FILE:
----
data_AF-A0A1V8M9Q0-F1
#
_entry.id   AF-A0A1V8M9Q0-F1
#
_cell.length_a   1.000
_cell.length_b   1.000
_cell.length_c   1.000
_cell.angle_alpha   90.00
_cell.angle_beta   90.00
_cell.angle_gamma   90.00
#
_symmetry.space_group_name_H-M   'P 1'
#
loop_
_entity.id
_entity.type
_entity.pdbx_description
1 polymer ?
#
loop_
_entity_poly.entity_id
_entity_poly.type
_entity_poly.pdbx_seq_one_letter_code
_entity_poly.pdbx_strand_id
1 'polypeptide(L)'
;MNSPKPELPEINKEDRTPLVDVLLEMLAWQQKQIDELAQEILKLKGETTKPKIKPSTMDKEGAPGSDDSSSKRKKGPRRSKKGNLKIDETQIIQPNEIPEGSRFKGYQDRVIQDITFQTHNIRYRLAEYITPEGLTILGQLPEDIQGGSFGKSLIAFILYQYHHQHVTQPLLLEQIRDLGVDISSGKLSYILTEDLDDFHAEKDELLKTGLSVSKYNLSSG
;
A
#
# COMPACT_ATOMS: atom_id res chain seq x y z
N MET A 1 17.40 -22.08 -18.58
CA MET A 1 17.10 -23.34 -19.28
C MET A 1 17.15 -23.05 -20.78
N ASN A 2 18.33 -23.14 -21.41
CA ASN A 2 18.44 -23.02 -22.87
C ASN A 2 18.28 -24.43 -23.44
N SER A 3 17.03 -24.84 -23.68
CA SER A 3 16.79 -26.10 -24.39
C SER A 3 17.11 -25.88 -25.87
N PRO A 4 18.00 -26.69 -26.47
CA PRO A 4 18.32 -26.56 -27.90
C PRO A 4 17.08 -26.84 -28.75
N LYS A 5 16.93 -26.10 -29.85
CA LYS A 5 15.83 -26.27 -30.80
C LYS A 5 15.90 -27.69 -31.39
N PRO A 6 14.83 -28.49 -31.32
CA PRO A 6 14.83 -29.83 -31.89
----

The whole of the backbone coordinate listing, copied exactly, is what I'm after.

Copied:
data_AF-A0A1V8M9Q0-F1
#
_entry.id   AF-A0A1V8M9Q0-F1
#
_cell.length_a   1.000
_cell.length_b   1.000
_cell.length_c   1.000
_cell.angle_alpha   90.00
_cell.angle_beta   90.00
_cell.angle_gamma   90.00
#
_symmetry.space_group_name_H-M   'P 1'
#
loop_
_entity.id
_entity.type
_entity.pdbx_description
1 polymer ?
#
loop_
_entity_poly.entity_id
_entity_poly.type
_entity_poly.pdbx_seq_one_letter_code
_entity_poly.pdbx_strand_id
1 'polypeptide(L)'
;MNSPKPELPEINKEDRTPLVDVLLEMLAWQQKQIDELAQEILKLKGETTKPKIKPSTMDKEGAPGSDDSSSKRKKGPRRSKKGNLKIDETQIIQPNEIPEGSRFKGYQDRVIQDITFQTHNIRYRLAEYITPEGLTILGQLPEDIQGGSFGKSLIAFILYQYHHQHVTQPLLLEQIRDLGVDISSGKLSYILTEDLDDFHAEKDELLKTGLSVSKYNLSSG
;
A
#
# COMPACT_ATOMS: atom_id res chain seq x y z
N MET A 1 17.40 -22.08 -18.58
CA MET A 1 17.10 -23.34 -19.28
C MET A 1 17.15 -23.05 -20.78
N ASN A 2 18.33 -23.14 -21.41
CA ASN A 2 18.44 -23.02 -22.87
C ASN A 2 18.28 -24.43 -23.44
N SER A 3 17.03 -24.84 -23.68
CA SER A 3 16.79 -26.10 -24.39
C SER A 3 17.11 -25.88 -25.87
N PRO A 4 18.00 -26.69 -26.47
CA PRO A 4 18.32 -26.56 -27.90
C PRO A 4 17.08 -26.84 -28.75
N LYS A 5 16.93 -26.10 -29.85
CA LYS A 5 15.83 -26.27 -30.80
C LYS A 5 15.90 -27.69 -31.39
N PRO A 6 14.83 -28.49 -31.32
CA PRO A 6 14.83 -29.83 -31.89